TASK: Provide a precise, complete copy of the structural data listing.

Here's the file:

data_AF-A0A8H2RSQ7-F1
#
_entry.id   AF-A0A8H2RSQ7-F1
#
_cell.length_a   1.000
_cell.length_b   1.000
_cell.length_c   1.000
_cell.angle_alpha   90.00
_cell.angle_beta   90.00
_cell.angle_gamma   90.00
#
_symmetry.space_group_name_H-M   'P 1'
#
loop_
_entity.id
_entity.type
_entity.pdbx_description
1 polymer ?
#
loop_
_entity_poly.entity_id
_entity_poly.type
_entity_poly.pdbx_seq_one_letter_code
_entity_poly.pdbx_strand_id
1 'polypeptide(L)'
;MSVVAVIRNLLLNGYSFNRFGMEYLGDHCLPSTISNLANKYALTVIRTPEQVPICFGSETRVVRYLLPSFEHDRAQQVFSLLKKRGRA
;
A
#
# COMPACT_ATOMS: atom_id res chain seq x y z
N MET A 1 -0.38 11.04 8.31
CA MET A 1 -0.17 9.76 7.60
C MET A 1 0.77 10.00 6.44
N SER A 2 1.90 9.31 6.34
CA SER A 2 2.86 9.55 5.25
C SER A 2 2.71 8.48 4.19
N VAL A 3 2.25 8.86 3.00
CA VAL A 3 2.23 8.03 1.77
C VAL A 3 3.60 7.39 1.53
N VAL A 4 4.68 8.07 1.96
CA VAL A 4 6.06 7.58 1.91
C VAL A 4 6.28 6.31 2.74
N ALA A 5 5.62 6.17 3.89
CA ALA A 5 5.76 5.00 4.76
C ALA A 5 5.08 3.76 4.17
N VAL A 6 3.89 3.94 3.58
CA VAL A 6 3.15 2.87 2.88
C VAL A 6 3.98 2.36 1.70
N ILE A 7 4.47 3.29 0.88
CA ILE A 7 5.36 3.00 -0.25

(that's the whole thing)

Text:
data_AF-A0A8H2RSQ7-F1
#
_entry.id   AF-A0A8H2RSQ7-F1
#
_cell.length_a   1.000
_cell.length_b   1.000
_cell.length_c   1.000
_cell.angle_alpha   90.00
_cell.angle_beta   90.00
_cell.angle_gamma   90.00
#
_symmetry.space_group_name_H-M   'P 1'
#
loop_
_entity.id
_entity.type
_entity.pdbx_description
1 polymer ?
#
loop_
_entity_poly.entity_id
_entity_poly.type
_entity_poly.pdbx_seq_one_letter_code
_entity_poly.pdbx_strand_id
1 'polypeptide(L)'
;MSVVAVIRNLLLNGYSFNRFGMEYLGDHCLPSTISNLANKYALTVIRTPEQVPICFGSETRVVRYLLPSFEHDRAQQVFSLLKKRGRA
;
A
#
# COMPACT_ATOMS: atom_id res chain seq x y z
N MET A 1 -0.38 11.04 8.31
CA MET A 1 -0.17 9.76 7.60
C MET A 1 0.77 10.00 6.44
N SER A 2 1.90 9.31 6.34
CA SER A 2 2.86 9.55 5.25
C SER A 2 2.71 8.48 4.19
N VAL A 3 2.25 8.86 3.00
CA VAL A 3 2.23 8.03 1.77
C VAL A 3 3.60 7.39 1.53
N VAL A 4 4.68 8.07 1.96
CA VAL A 4 6.06 7.58 1.91
C VAL A 4 6.28 6.31 2.74
N ALA A 5 5.62 6.17 3.89
CA ALA A 5 5.76 5.00 4.76
C ALA A 5 5.08 3.76 4.17
N VAL A 6 3.89 3.94 3.58
CA VAL A 6 3.15 2.87 2.88
C VAL A 6 3.98 2.36 1.70
N ILE A 7 4.47 3.29 0.88
CA ILE A 7 5.36 3.00 -0.25